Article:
“We run into trouble when we take the Bible as a message to be preached rather than something to wrestle with.”
That (paraphrased) gem from Pete Enns has been stuck in my head for months now, ever since I first heard it on the Liturgists podcast towards the end of last year. In recent weeks, listening to his new podcast has got me thinking about the topic of how we read the Bible afresh.
Those of you who read last week’s post on the Bible and experience will have already heard some of my thoughts on the matter, but this week I wanted to take the discussion somewhere else – in fact, it’s the discussion itself that I want to focus on.
For a long time I subscribed treated the Bible as a message to be preached, and in some ways, I still do. The problem with that approach is that it begs this question: ‘which message?’ While the Bible does, to an extent form a cohesive whole, it strikes me as just as much a collection of different exper relationships with God that various people and cultures throughout ancient history experienced.
As such, it’s tricky to pick take a line of argument based on the text and not to find some pushback from the text itself, or from different interpretations of the same thing that you’re reading. I personally believe that there are fundamental messages contained within the Bible, such as the message of the salvation of Jesus Christ, but even that seemingly basic message has nuanced and tricky parts – Paul wrestles with it all the way through Romans and it still doesn’t seem much clearer!
I’m increasingly dissatisfied with takes on passages within the Bible – or even the Bible as a whole, that crystallise the text to a singular meaning (that will often fit nicely within a particular denomination’s beliefs). It’s more interesting to me to see the Bible as a kaleidoscope of perspectives that all bring something different to the table, and then to discuss those perspectives in light of the kaleidoscope of views that modern Christians bring to the table.
Sure, that approach doesn’t lead to many firm conclusions about what the text says, but it doesn’t have to! Because what the approach encourages is individual humans working as a community to deepen their relationships with God.
None of this is to lessen the inspired nature of the Bible, but it does encourage us to look at inspiration in a different light. Rather than seeing the entirety of the Bible as God writing to us via the puppeteered pens of humans, it allows us to see something of the humans themselves in the writings. Try reading the writings of Peter, Paul and James in the New Testament and saying that there aren’t differences in personality that come through in the text! Each one is clearly writing out of their personal relationship with God, but that comes across in a very different way – it’s even conceivable, perhaps likely, that some of the content of the various letters is there to be in conversation with the teachings of other apostles.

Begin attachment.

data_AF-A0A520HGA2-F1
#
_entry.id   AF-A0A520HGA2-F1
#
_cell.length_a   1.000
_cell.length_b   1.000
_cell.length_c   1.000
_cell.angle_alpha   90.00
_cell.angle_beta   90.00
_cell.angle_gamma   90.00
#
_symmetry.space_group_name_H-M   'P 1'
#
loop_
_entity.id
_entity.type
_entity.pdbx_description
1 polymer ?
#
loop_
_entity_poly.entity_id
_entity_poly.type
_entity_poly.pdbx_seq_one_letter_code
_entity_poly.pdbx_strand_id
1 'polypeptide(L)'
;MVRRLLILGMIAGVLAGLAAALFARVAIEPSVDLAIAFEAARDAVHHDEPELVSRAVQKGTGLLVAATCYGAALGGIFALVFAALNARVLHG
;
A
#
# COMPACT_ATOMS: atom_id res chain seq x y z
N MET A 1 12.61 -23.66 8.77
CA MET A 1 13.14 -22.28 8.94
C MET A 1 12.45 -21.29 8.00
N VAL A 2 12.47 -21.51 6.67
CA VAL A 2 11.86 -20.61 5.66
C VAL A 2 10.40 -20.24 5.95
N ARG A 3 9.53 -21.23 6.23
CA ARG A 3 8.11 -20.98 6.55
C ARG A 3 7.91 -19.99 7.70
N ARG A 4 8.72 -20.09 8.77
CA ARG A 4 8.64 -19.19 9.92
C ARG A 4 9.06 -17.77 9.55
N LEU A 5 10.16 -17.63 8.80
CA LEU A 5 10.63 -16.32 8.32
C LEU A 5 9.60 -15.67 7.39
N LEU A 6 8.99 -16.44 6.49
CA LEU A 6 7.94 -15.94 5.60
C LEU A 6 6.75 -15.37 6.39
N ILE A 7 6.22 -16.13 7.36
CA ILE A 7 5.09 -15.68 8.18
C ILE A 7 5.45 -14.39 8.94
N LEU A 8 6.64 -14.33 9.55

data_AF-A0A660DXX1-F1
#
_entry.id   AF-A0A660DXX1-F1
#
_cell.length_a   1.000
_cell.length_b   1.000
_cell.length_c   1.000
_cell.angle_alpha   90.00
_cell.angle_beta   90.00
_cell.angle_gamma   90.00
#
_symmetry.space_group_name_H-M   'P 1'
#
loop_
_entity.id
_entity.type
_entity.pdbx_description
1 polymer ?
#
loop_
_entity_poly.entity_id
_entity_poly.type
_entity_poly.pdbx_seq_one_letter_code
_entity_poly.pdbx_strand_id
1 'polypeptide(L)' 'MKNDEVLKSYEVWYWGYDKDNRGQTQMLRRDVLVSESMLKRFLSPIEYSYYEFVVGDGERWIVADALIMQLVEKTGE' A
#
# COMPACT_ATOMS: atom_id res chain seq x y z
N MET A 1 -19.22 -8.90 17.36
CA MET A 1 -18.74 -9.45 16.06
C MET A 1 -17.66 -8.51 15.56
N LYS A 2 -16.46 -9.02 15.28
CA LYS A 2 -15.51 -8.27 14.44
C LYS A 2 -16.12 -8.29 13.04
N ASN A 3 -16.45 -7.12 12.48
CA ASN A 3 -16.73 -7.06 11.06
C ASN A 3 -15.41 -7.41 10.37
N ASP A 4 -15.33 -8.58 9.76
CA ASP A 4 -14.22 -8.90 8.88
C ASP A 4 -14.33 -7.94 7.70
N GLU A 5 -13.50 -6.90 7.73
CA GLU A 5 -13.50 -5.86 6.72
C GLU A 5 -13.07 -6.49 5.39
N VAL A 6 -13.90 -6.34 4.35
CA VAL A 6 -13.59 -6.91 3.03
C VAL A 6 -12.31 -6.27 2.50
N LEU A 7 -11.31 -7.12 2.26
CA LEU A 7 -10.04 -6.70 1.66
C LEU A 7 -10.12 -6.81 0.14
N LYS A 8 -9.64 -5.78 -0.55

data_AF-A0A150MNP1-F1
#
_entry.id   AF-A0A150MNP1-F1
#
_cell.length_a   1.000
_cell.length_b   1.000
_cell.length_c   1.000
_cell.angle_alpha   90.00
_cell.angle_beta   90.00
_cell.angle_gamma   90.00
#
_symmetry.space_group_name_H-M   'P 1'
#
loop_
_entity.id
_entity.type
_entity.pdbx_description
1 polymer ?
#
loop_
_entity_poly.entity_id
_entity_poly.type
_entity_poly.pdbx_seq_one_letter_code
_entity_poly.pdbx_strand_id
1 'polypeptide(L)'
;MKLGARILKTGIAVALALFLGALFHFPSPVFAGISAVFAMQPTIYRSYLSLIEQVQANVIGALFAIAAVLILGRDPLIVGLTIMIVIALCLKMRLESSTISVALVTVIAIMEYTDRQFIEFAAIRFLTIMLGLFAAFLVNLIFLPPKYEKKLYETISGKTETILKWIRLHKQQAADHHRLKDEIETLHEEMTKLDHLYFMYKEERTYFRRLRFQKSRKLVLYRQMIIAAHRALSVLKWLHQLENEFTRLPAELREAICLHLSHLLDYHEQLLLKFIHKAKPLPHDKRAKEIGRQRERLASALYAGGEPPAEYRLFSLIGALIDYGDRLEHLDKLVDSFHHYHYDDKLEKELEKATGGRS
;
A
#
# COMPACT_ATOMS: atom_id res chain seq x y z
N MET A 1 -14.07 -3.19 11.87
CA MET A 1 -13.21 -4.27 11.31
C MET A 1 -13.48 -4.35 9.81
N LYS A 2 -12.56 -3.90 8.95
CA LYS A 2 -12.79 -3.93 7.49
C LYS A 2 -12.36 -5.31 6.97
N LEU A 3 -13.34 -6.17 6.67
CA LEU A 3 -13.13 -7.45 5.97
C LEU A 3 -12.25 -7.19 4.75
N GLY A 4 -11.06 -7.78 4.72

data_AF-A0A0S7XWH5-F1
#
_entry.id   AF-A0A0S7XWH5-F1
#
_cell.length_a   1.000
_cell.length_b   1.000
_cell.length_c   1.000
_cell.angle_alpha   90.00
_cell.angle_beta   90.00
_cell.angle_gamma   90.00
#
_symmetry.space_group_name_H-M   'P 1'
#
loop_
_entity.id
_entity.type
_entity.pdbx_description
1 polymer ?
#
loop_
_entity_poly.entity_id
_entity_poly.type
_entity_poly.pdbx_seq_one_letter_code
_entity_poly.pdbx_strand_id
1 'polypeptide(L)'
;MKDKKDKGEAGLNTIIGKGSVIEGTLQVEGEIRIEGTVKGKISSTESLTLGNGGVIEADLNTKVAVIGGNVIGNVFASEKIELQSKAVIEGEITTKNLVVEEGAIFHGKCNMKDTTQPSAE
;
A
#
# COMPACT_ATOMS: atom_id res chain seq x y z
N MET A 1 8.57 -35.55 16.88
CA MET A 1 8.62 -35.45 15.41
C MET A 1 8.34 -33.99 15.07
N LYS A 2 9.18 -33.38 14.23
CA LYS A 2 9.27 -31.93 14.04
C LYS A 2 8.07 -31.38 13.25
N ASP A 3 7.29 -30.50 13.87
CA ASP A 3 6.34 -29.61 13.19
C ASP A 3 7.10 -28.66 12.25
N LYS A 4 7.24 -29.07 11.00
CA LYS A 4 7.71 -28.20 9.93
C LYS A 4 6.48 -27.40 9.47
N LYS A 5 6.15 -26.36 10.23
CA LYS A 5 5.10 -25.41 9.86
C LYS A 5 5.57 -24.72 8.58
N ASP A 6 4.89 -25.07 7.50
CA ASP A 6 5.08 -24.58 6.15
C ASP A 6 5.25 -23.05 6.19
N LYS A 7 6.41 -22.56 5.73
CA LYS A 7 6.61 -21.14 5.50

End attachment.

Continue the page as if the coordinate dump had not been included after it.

Consider Paul’s mention of ‘certain men from James’ in Galatians 2:12 – that suggests to me that there were differences of opinion and belief at various times throughout the very early church that it’s a stretch to think didn’t come across in the letters that were written!
If the writers of the Bible were engaged in a discussion with one another and their cultures, why shouldn’t we do the same as Christians today? It’s fine to teach how to apply various parts of the Bible in sermons etc., but let’s do so with a spirit of humility that allows us to admit that we don’t know everything and that other legitimate interpretations exist.
Before I finish, I just want to address one of the pushbacks that is made against this take on the Bible. Some argue that moving away from a single, clear message leads to gnosticism, where the only thing left is special, mysterious knowledge that you can only learn after going through various spiritual initiations. My view can’t fall into that trap because to say that there is special knowledge is to go back to saying that there is, somewhere, a single message to proclaim. Rather, I see the Bible as something that we can argue and debate about, knowing as we do that we’re all children of God and that getting something wrong isn’t going to get us into trouble if we’re genuinely seeking to know him more.
The only knowledge that we’re pursuing is the personal knowledge of God that comes with getting closer to him, and talking about the experiences of those that have gone before us to help us see that our views and experiences don’t exist in a background. We’re part of this vast web of humanity that God has pulled together and called his Church, and the way we read the Bible should reflect that.